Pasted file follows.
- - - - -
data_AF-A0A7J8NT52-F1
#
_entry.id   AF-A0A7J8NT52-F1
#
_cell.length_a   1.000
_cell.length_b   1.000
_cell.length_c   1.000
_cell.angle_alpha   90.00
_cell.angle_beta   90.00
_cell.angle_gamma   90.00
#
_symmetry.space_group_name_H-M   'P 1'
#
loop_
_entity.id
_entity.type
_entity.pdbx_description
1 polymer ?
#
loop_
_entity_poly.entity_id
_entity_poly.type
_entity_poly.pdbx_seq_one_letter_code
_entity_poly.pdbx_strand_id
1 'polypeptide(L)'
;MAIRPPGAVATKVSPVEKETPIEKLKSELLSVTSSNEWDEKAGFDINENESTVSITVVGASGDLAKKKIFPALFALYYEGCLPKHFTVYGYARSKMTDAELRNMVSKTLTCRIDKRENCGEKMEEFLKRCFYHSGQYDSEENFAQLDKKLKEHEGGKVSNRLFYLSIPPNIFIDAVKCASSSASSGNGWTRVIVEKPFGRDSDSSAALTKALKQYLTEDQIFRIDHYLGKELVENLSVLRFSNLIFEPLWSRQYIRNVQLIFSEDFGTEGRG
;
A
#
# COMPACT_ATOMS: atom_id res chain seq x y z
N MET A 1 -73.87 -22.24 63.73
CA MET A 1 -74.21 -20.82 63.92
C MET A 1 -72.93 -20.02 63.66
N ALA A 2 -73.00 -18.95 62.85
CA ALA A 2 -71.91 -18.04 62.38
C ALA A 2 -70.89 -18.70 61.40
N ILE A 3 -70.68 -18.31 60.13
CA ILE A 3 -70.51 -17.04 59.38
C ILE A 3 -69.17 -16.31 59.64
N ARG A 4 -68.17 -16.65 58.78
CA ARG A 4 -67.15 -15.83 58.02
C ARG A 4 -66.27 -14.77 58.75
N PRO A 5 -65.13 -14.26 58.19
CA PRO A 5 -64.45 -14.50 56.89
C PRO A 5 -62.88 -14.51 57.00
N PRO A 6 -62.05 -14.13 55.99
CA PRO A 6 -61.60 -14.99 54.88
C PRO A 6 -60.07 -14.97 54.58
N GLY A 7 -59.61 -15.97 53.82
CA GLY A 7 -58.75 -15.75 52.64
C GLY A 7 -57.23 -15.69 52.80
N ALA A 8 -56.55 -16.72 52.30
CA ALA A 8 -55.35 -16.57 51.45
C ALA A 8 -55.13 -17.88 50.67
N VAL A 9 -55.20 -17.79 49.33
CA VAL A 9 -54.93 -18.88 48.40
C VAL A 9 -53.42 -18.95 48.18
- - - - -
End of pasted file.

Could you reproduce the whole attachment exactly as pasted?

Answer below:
data_AF-A0A7J8NT52-F1
#
_entry.id   AF-A0A7J8NT52-F1
#
_cell.length_a   1.000
_cell.length_b   1.000
_cell.length_c   1.000
_cell.angle_alpha   90.00
_cell.angle_beta   90.00
_cell.angle_gamma   90.00
#
_symmetry.space_group_name_H-M   'P 1'
#
loop_
_entity.id
_entity.type
_entity.pdbx_description
1 polymer ?
#
loop_
_entity_poly.entity_id
_entity_poly.type
_entity_poly.pdbx_seq_one_letter_code
_entity_poly.pdbx_strand_id
1 'polypeptide(L)'
;MAIRPPGAVATKVSPVEKETPIEKLKSELLSVTSSNEWDEKAGFDINENESTVSITVVGASGDLAKKKIFPALFALYYEGCLPKHFTVYGYARSKMTDAELRNMVSKTLTCRIDKRENCGEKMEEFLKRCFYHSGQYDSEENFAQLDKKLKEHEGGKVSNRLFYLSIPPNIFIDAVKCASSSASSGNGWTRVIVEKPFGRDSDSSAALTKALKQYLTEDQIFRIDHYLGKELVENLSVLRFSNLIFEPLWSRQYIRNVQLIFSEDFGTEGRG
;
A
#
# COMPACT_ATOMS: atom_id res chain seq x y z
N MET A 1 -73.87 -22.24 63.73
CA MET A 1 -74.21 -20.82 63.92
C MET A 1 -72.93 -20.02 63.66
N ALA A 2 -73.00 -18.95 62.85
CA ALA A 2 -71.91 -18.04 62.38
C ALA A 2 -70.89 -18.70 61.40
N ILE A 3 -70.68 -18.31 60.13
CA ILE A 3 -70.51 -17.04 59.38
C ILE A 3 -69.17 -16.31 59.64
N ARG A 4 -68.17 -16.65 58.78
CA ARG A 4 -67.15 -15.83 58.02
C ARG A 4 -66.27 -14.77 58.75
N PRO A 5 -65.13 -14.26 58.19
CA PRO A 5 -64.45 -14.50 56.89
C PRO A 5 -62.88 -14.51 57.00
N PRO A 6 -62.05 -14.13 55.99
CA PRO A 6 -61.60 -14.99 54.88
C PRO A 6 -60.07 -14.97 54.58
N GLY A 7 -59.61 -15.97 53.82
CA GLY A 7 -58.75 -15.75 52.64
C GLY A 7 -57.23 -15.69 52.80
N ALA A 8 -56.55 -16.72 52.30
CA ALA A 8 -55.35 -16.57 51.45
C ALA A 8 -55.13 -17.88 50.67
N VAL A 9 -55.20 -17.79 49.33
CA VAL A 9 -54.93 -18.88 48.40
C VAL A 9 -53.42 -18.95 48.18